Going round the room, I was first introduced to Roy’s drummer, who went by the cryptic nickname of Drummy. It was only after the rehearsal that I learned that Drummy’s name was in fact Zebby, which I suspect might also be a nickname. Drummy was a friendly and chilled out character whose solid drumming had a classic Reggae feel to it. It was the kind of drumming that would be right at home in a King Tubby’s dub mix from the 1970s, with a heavy emphasis on cymbal.

The next person I met was Tony, who as I came into the studio was playing around with some reassuringly solid and bouncy basslines.  Tony was down-to-earth and friendly, asking me whether I played an instrument (to which I had to admit I had tried and failed to learn guitar) and even offering to show me how to play. In tandem with Zebby, Tony’s basslines anchored the band and gave the songs a vitality.

After Tony I was introduced in quick succession to Jill, Roy’s wife and Ryan. From speaking to Roy I was aware that Jill had sung backing vocals on many of Roy’s songs. It was lovely to finally meet her and tell her how much I appreciated the support Roy gave me with Roots of Reggae. Ryan was a quiet and unassuming figure, sitting in a chair to play his guitar. As the rehearsal progressed it soon became apparent, however, that not only was Ryan an accomplished guitarist, he was also able to ‘read the room’ and fine tune other band members’ performances.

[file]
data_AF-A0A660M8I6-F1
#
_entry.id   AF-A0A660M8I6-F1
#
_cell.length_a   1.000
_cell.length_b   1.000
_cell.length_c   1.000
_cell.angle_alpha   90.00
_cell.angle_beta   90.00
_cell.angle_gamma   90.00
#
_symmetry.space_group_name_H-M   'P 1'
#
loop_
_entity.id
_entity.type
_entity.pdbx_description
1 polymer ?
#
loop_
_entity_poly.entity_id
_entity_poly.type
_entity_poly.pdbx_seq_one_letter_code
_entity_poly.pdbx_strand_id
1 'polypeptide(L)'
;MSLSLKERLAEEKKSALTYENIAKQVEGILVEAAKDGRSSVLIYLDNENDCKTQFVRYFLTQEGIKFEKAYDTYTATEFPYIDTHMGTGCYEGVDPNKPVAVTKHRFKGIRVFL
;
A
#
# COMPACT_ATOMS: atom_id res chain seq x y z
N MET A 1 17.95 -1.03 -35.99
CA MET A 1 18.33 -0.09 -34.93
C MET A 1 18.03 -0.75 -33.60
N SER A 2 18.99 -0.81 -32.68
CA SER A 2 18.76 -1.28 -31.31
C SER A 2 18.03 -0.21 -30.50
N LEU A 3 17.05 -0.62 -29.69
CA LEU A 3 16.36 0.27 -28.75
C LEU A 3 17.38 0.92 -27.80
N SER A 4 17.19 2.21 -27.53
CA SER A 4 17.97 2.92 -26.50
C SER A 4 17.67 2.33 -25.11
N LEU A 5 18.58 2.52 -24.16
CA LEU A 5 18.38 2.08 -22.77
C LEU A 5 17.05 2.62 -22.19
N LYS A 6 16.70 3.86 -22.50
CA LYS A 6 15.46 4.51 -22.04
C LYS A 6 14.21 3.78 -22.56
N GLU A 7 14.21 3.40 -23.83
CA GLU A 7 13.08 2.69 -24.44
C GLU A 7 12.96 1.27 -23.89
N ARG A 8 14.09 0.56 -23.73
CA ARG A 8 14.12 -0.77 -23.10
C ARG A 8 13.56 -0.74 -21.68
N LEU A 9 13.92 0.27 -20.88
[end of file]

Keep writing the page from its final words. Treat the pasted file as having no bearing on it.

Last but by no means least I was introduced to  Mario and Zongoman. Mario  mostly handled guitar duties but was also a capable keyboard player. Mario seemed to be the youngest member of Roy’s band and clearly had bit of a reputation as a joker within the band. Watching him play, it was clear how much Mario enjoyed playing in the band. Zongoman was the band’s primary keyboard player but really came into his own when Mario took over keyboard duties and Zongoman had a turn at vocals on the uplifting ‘Watch and Pray’. Mario also demonstrated similar versatility when he was given the chance to sing on the song ‘Jah Jah Liveth’.

Live and Direct with Roy Gunter and The JRZs

What’s in a name?

Along with Roy as lead vocalist and band leadership, these musicians play under the name The JRZs. Roy told me JRZ stands for Jill, Ryan and Zongoman. While The JRZs is undoubtedly a catchy name for a band (and pleasingly reminiscent of the James Brown‘s classic band, The J.B.s), I feel the contributions of the other members of the band should also be recognised. For me, it’s rather like when Neil Young joined Crosby, Stills and Nash. They pretty much HAD to add Young’s name to the band. For the interest of intra- band harmony, I reckon Roy should give the band a collective name. Great names such as The Aggravators have already been taken but I’m sure there must be a word out there that captures what the band is all about.

Easy Skanking

Roy Gunter on the microphone with Tony keeping things steady with the bass

I was really impressed by the talented group of musicians Roy had assembled. Over the evening I had the pleasure of hearing the band play around six songs. Although I had already heard the majority of these songs when Roy performed at Roots of Reggae, I was struck by how fresh and rich they sounded when the band played them live. I was also very impressed by the versatile contributions of Zongoman and Mario, both of whom were given the chance to sing a song.